Additional Russian documents reveal the interplay between Stalin and Mao as Kim Il sung sought Beijing’s approval for an invasion of South Korea. The first document is a coded telegram sent to Moscow on the night of 13 May, 1950 from the Soviet Embassy in Beijing. It relayed a request from Mao, conveyed via Chinese Foreign Minister Zhou Enlai, seeking Stalin's "personal clarifications" of his stand on a potential North Korean action to reunify the country. The second document, a coded telegram from Moscow to Beijing, contained Stalin's personal response using the code name "Filippov".
CWIHP Bulletin Issue 5 (Spring 1995): 2-9.
Kathryn Weathersby offers a small sample of the Korean War evidence that Boris Yeltsin presented to President Kim Young-Sam of South Korea in 1994 in order to assess when, how, and by whom the decision was made to launch a military assault on South Korea.
Stalin's Conversations with Chinese Leaders: Talks With Mao Zedong, December 1949-January 1950, and With Zhou Enlai, August-September 1952
CWIHP Bulletin Issue 6-7 (Winter 1995/1996): 4-29.
This issue leads off with translations of five meetings between Soviet leader Joseph Stalin and the top leaders of the newly-created People's Republic of China between 1949 and 1952. Among those conversations, three transcripts in Moscow between Stalin and Chinese Prime Minister Zhou Enlai in August-September 1952 discussed the ongoing Korean War. Chen Jian, Vojtech Mastny, Odd Arne Westad, and Vladislav M. Zubok made commentaries about the documents.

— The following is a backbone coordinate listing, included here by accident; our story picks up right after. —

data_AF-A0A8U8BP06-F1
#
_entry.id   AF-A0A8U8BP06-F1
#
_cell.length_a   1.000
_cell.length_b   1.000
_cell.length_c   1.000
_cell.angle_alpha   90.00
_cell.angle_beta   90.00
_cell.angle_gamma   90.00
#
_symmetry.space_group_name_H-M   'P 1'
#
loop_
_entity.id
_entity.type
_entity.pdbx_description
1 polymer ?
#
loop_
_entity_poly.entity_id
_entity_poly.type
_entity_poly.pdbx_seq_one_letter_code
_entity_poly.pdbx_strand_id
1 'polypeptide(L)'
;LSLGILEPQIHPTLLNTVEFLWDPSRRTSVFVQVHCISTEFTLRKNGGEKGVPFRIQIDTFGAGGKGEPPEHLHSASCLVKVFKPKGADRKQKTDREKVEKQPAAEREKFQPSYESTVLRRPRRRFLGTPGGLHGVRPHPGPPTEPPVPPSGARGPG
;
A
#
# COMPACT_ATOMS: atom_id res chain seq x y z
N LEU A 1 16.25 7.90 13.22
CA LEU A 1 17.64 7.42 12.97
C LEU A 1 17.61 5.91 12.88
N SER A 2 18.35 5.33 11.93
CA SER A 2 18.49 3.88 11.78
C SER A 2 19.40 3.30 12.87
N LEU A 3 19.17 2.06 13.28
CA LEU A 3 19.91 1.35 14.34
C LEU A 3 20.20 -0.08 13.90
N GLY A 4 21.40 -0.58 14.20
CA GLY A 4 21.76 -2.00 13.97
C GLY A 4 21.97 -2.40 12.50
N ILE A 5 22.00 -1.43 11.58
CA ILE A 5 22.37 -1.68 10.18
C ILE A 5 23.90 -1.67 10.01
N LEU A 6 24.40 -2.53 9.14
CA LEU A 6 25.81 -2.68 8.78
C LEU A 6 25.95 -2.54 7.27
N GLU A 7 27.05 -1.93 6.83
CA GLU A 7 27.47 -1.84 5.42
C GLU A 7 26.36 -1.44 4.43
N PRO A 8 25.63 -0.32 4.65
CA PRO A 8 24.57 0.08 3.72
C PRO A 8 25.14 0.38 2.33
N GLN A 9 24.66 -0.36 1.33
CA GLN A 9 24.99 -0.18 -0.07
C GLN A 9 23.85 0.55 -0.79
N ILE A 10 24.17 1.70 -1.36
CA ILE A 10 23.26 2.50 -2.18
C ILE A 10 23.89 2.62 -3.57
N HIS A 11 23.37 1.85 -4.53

CWIHP Bulletin Issue 6-7 (Winter 1995/1996): 30-84.
Kathryn Weathersby presents translations of and commentary on a sizable portion of recently-released documents on the Korean War from the Russian Presidential Archives. Many were dated February 1950 through January 1951, providing a close look at the Soviet Union’s role during the first months of the war.
CWIHP Bulletin Issue 6-7 (Winter 1995/1996): 41, 85-86.
Chen Jian examines the historiography behind China’s entrance into the Korean War. Many scholars in the 1980s, Chen writes, began to stress that Beijing decided to enter the because of imminent threats to the physical security of Chinese territory. However, Chen found new Chinese sources that enabled him to retrace China’s path to the war, which is further explained in his book “China’s Road to the Korean War: The Making of the Sino-American Confrontation” (1994).
CWIHP Bulletin Issue 6-7 (Winter 1995/1996): 54, 87-91
Evgueni Bajanov shows the political evolution of the three communist governments in Korea based on the recently declassified Soviet archives and examines the political line of Moscow as well as of its allies.
CWIHP Bulletin Issue 6-7 (Winter 1995/1996): 69, 92-93.
Hyun-su Jeon and Gyoo Kahng introduce the diaries of Gen. Terentii Fomich Shtykov, who played a key role in planning and executing Soviet foreign policy in Korea. Shtykov kept personal diaries while participating in the founding of the North Korean regime. They provide a candid and vivid picture of the Soviet occupation.